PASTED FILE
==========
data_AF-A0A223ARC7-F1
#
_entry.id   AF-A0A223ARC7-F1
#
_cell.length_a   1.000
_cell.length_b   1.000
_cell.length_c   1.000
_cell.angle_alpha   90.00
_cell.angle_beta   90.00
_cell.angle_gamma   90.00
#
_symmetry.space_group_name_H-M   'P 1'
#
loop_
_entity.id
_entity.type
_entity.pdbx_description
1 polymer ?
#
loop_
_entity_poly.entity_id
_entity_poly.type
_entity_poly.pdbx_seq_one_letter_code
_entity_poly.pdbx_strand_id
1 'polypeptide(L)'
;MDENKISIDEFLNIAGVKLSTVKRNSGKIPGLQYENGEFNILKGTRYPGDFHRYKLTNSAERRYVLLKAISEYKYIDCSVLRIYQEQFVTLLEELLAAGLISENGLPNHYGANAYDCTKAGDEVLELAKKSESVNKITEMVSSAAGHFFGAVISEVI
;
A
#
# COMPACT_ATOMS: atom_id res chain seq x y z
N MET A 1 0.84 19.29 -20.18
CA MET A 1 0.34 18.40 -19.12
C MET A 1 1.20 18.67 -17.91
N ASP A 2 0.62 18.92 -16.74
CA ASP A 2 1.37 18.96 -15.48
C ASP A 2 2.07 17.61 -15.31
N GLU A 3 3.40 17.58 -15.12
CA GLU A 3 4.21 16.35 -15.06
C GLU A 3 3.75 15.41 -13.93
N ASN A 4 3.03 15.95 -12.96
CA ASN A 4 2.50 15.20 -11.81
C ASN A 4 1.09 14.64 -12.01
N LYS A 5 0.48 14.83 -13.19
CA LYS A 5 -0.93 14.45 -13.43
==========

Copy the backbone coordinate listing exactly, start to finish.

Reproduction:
data_AF-A0A223ARC7-F1
#
_entry.id   AF-A0A223ARC7-F1
#
_cell.length_a   1.000
_cell.length_b   1.000
_cell.length_c   1.000
_cell.angle_alpha   90.00
_cell.angle_beta   90.00
_cell.angle_gamma   90.00
#
_symmetry.space_group_name_H-M   'P 1'
#
loop_
_entity.id
_entity.type
_entity.pdbx_description
1 polymer ?
#
loop_
_entity_poly.entity_id
_entity_poly.type
_entity_poly.pdbx_seq_one_letter_code
_entity_poly.pdbx_strand_id
1 'polypeptide(L)'
;MDENKISIDEFLNIAGVKLSTVKRNSGKIPGLQYENGEFNILKGTRYPGDFHRYKLTNSAERRYVLLKAISEYKYIDCSVLRIYQEQFVTLLEELLAAGLISENGLPNHYGANAYDCTKAGDEVLELAKKSESVNKITEMVSSAAGHFFGAVISEVI
;
A
#
# COMPACT_ATOMS: atom_id res chain seq x y z
N MET A 1 0.84 19.29 -20.18
CA MET A 1 0.34 18.40 -19.12
C MET A 1 1.20 18.67 -17.91
N ASP A 2 0.62 18.92 -16.74
CA ASP A 2 1.37 18.96 -15.48
C ASP A 2 2.07 17.61 -15.31
N GLU A 3 3.40 17.58 -15.12
CA GLU A 3 4.21 16.35 -15.06
C GLU A 3 3.75 15.41 -13.93
N ASN A 4 3.03 15.95 -12.96
CA ASN A 4 2.50 15.20 -11.81
C ASN A 4 1.09 14.64 -12.01
N LYS A 5 0.48 14.83 -13.19
CA LYS A 5 -0.93 14.45 -13.43